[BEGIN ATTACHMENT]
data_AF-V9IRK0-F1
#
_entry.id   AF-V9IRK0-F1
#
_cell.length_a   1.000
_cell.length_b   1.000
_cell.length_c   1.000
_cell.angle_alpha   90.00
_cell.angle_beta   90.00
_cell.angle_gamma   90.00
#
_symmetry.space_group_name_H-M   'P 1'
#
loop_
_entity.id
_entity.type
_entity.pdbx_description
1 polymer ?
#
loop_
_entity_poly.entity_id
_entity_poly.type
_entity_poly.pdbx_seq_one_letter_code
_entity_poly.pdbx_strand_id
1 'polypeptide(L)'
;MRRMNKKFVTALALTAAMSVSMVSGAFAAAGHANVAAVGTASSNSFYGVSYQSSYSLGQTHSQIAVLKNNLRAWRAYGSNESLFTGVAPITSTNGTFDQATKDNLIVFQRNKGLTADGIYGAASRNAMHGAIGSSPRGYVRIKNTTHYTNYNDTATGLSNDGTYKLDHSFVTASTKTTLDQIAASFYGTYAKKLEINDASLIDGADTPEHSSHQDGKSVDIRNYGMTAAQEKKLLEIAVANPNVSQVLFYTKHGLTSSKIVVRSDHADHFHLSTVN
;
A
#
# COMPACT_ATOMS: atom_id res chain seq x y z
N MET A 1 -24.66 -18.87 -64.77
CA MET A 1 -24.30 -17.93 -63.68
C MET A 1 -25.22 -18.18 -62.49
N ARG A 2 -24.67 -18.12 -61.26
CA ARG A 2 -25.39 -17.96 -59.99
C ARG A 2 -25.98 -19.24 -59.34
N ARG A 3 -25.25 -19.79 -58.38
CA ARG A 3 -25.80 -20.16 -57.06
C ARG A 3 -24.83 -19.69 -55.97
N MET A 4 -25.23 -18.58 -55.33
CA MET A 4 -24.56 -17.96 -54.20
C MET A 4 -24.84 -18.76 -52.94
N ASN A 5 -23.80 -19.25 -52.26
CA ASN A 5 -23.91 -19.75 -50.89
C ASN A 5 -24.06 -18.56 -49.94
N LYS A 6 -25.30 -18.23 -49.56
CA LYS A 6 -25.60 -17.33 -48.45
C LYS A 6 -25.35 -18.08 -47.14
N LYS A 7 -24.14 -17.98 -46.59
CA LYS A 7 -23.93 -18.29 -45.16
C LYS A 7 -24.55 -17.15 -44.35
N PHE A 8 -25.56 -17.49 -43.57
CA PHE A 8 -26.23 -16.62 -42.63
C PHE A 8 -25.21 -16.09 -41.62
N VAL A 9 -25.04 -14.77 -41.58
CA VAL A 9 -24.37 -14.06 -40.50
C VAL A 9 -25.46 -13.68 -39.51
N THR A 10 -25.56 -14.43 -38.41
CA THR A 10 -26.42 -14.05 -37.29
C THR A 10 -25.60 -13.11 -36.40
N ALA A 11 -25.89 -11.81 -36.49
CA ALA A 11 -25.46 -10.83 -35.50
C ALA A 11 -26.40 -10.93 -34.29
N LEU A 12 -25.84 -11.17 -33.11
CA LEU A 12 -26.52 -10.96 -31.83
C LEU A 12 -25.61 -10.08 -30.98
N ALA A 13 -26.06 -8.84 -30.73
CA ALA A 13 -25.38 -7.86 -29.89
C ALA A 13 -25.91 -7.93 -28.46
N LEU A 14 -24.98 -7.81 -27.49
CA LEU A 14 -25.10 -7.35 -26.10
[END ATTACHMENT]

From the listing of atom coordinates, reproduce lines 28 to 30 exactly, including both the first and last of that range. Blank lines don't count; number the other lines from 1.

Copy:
A
#
# COMPACT_ATOMS: atom_id res chain seq x y z